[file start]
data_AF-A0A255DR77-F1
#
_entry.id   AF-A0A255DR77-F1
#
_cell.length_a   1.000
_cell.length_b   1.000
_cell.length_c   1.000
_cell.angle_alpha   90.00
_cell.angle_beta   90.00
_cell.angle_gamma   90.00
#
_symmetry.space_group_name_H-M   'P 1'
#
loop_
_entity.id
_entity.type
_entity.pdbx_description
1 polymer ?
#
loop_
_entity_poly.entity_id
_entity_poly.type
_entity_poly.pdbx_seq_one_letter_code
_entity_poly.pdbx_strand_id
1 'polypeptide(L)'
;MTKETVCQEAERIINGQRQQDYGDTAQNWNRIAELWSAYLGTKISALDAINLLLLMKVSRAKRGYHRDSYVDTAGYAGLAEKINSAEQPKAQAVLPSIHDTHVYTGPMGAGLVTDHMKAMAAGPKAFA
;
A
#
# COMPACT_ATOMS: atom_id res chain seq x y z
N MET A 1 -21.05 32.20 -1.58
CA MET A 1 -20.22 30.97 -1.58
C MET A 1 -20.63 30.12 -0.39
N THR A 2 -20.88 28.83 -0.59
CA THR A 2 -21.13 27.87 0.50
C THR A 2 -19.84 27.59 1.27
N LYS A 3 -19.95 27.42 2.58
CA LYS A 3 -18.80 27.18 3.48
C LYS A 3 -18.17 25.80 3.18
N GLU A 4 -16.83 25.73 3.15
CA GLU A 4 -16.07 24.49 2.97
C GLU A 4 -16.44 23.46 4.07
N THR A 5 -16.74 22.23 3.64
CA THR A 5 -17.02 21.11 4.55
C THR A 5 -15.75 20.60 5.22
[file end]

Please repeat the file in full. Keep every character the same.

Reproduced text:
data_AF-A0A255DR77-F1
#
_entry.id   AF-A0A255DR77-F1
#
_cell.length_a   1.000
_cell.length_b   1.000
_cell.length_c   1.000
_cell.angle_alpha   90.00
_cell.angle_beta   90.00
_cell.angle_gamma   90.00
#
_symmetry.space_group_name_H-M   'P 1'
#
loop_
_entity.id
_entity.type
_entity.pdbx_description
1 polymer ?
#
loop_
_entity_poly.entity_id
_entity_poly.type
_entity_poly.pdbx_seq_one_letter_code
_entity_poly.pdbx_strand_id
1 'polypeptide(L)'
;MTKETVCQEAERIINGQRQQDYGDTAQNWNRIAELWSAYLGTKISALDAINLLLLMKVSRAKRGYHRDSYVDTAGYAGLAEKINSAEQPKAQAVLPSIHDTHVYTGPMGAGLVTDHMKAMAAGPKAFA
;
A
#
# COMPACT_ATOMS: atom_id res chain seq x y z
N MET A 1 -21.05 32.20 -1.58
CA MET A 1 -20.22 30.97 -1.58
C MET A 1 -20.63 30.12 -0.39
N THR A 2 -20.88 28.83 -0.59
CA THR A 2 -21.13 27.87 0.50
C THR A 2 -19.84 27.59 1.27
N LYS A 3 -19.95 27.42 2.58
CA LYS A 3 -18.80 27.18 3.48
C LYS A 3 -18.17 25.80 3.18
N GLU A 4 -16.83 25.73 3.15
CA GLU A 4 -16.07 24.49 2.97
C GLU A 4 -16.44 23.46 4.07
N THR A 5 -16.74 22.23 3.64
CA THR A 5 -17.02 21.11 4.55
C THR A 5 -15.75 20.60 5.22